Bill Sniffin: Everybody Wants Wyoming Water; How Do We Keep Colorado From Stealing It?

The biggest threat to Wyoming water has been posed by a Fort Collins entrepreneur, Aaron Million. He lusts after that water and has promoted plans upon plans to get it to the Front Range of Colorado.

Bill Sniffin

April 01, 20225 min read

Flaming Gorge 4 1 22 scaled
(Cowboy State Daily Staff)

By Bill Sniffin, publisher emeritus

In Wyoming, whiskey is for drinking. Water is for fighting over.

Never has that old saying been more fitting than today.  

Worldwide, the next great shortage crisis will involve water. And Wyoming has an abundance of water.

Our most important unclaimed water resource is the ample Green River, which streams down from its headwaters in the Wind River Mountains near Dubois. It flows down the western side of the state exiting the state in the 91-mile long Flaming Gorge Reservoir south of Green River.

Since 2002, the biggest threat to Wyoming water stored in huge amounts at Flaming Gorge has been posed by a Fort Collins entrepreneur. 

Aaron Million lusts after that water and has promoted plans upon plans to get it to the Front Range of Colorado.

For years, he touted a pipeline that would run across southern Wyoming. A tiny amount of the water would have been allocated to Cheyenne and Torrington. Despite that token gesture, the project was fought hard by just about everyone in Wyoming. A survey on the project once showed 79 percent of Wyomingites opposed it.

Recently, Million has proposed moving the project to Utah, but officials in that state have also spurned his efforts.

And even more recently, he proposed his project as an energy generation project, similar to hydropower projects across many western states.  No takers on that plan yet, either.

The guy dreamed up the project while doing a thesis at the University of Colorado. He deserves credit for his persistence. His well-heeled backers appear to keep paying him with the remote hope that someday the project will work its way through all the regulatory hurdles and divert Wyoming water to Colorado.

Million seemingly rolls his eyes at the opposition to his project. He claims it would only use 1% of the water in the Green River. Skeptics disagree.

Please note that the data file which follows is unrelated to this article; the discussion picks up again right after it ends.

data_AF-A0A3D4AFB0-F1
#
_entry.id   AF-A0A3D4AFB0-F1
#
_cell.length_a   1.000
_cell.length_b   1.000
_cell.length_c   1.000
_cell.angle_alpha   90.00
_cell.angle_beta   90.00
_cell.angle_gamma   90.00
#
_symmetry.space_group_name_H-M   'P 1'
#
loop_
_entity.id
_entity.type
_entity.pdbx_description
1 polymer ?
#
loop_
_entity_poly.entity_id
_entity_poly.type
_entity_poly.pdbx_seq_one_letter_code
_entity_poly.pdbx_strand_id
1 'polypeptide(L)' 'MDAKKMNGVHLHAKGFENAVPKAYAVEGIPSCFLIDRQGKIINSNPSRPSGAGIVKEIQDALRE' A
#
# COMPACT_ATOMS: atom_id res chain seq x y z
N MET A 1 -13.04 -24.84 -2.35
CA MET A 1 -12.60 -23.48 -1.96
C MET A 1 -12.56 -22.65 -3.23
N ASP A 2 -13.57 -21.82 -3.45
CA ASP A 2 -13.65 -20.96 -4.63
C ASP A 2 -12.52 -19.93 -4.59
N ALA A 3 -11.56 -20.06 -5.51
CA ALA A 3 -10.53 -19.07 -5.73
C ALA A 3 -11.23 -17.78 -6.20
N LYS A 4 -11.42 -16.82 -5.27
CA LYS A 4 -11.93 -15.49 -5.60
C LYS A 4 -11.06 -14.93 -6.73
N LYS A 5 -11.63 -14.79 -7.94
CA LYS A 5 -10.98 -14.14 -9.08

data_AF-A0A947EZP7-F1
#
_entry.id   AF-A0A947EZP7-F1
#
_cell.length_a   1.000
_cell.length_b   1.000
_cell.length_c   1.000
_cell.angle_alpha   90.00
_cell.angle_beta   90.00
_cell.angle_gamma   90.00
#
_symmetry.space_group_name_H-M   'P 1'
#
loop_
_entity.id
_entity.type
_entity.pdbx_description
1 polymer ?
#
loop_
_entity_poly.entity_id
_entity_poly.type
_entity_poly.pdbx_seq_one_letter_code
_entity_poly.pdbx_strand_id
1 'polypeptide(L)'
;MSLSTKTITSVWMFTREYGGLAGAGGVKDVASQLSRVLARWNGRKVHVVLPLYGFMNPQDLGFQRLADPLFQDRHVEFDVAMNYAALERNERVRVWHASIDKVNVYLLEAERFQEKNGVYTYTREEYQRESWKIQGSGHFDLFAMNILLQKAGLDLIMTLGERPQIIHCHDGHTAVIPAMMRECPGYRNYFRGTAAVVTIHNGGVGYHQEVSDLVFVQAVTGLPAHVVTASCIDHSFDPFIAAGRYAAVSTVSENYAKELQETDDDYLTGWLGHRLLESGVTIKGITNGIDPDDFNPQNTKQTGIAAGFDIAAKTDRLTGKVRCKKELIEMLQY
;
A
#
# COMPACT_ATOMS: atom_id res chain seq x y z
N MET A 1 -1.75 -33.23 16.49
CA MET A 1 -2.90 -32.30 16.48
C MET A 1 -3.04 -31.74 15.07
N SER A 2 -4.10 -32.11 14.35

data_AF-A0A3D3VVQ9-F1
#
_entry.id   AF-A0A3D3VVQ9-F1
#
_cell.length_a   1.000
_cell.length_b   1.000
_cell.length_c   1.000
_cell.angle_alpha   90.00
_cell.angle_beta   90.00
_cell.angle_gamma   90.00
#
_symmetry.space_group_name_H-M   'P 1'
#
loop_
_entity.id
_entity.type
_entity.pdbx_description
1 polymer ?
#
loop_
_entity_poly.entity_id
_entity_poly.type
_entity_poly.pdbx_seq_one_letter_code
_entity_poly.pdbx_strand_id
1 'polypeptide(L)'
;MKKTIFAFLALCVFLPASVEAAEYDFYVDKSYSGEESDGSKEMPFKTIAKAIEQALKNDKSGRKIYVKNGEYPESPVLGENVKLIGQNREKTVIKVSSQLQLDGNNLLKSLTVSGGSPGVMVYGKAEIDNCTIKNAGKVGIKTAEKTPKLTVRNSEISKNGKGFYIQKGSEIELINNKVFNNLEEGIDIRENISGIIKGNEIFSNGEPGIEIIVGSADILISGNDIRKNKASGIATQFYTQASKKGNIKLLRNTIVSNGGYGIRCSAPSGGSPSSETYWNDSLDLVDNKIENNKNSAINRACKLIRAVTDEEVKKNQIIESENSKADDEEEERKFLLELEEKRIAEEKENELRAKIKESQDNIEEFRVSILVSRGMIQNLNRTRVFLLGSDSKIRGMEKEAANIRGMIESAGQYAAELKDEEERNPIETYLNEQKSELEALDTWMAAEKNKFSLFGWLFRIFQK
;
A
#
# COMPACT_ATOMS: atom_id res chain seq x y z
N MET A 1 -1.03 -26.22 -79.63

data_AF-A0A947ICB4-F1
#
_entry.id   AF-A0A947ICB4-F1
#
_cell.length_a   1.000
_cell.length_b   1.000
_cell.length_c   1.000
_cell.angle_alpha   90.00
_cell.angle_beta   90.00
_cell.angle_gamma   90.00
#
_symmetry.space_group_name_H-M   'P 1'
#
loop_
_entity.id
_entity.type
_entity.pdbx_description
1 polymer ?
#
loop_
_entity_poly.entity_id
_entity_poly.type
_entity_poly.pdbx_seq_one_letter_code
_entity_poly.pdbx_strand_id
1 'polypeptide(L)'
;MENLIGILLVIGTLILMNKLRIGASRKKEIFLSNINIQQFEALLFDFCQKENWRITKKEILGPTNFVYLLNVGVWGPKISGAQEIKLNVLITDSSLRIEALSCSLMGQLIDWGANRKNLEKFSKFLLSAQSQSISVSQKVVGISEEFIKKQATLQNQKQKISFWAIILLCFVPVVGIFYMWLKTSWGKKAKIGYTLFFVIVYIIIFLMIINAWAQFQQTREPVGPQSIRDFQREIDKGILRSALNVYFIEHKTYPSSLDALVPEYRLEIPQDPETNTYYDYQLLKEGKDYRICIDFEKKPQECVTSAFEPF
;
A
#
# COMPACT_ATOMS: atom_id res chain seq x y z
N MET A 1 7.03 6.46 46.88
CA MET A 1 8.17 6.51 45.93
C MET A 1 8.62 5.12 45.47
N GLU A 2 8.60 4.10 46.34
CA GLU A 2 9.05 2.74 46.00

Historically, the Colorado River compact was flawed. Seven states, including Wyoming, tried in 1922 to divide up the water that flows down that river. The biggest single tributary flowing into the Colorado is the Green River. It joins the Colorado near Canyonlands National Park in Utah.

When they divvied up the water rights, officials from the states had no way of knowing that they were emerging from some very wet decades and entering dry times. 

Especially in recent times, when population growth has been been high and precipitation levels have been low, a crisis has loomed. States like Colorado want the water that was allocated to them. Hence, the efforts to harness water currently flowing in the Green River and stored in Flaming Gorge Reservoir. Other states in the compact were Utah, New Mexico, Arizona, Nevada, and California.

Other canal projects come to mind. After almost 50 years of effort, the Central Arizona Project now drains billions of gallons of water away from the Colorado River to keep golf courses in Phoenix green.

Although most of the unallocated water is located in Wyoming, Colorado is the thirstiest place north of Las Vegas, which draws its water from the over-allocated Lake Mead.  Lake Mead is the biggest reservoir in the United States but its water levels are dropping at an alarming rate. It now contains less water than when it was first filled. 

Super strict water restrictions in Sin City have resulted in a city with few green lawns. Yards everywhere are landscaped desert designs and cactus gardens.

Back in Colorado, some 80% of the people live east of the continental divide and 80 percent of its water is west of the divide. The state was been a model of water creativity, especially with trans-basin movement of water. In some cases, it even involves tunnels through mountains crossing under the divide.

Today Colorado leaders are aghast because Nebraska is proposing a new canal to draw water from its South Platte River. This 500-mile project would take water away from the already parched Front Range but the plan is legal based on long ago regional water compacts. 

Nebraska officials are smug about their chances while Colorado officials are apoplectic about the very mention of them losing any more water.

An underground lake? In Greeley, city leaders are working on a project where they would store water in an aquifer, which is similar to a lake – except it is underground.

Called the Terry Ranch project, it is located under 10,000 acres of land near Carr, Colorado, just south of Cheyenne. It would reportedly hold 1.2 million acre-feet of water. This is almost 50 times more water than what is being used now by Greeley. Now, that is an example of some real creativity.

Meanwhile, this is not the end of water squabbles between states in this region. As temperatures continue to soar and rain and snow totals drop, the only thing guaranteed to happen will be future battles over this limited natural liquid resource.

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Bill Sniffin

Wyoming Life Columnist

Columnist, author, and journalist Bill Sniffin writes about Wyoming life on Cowboy State Daily -- the state's most-read news publication.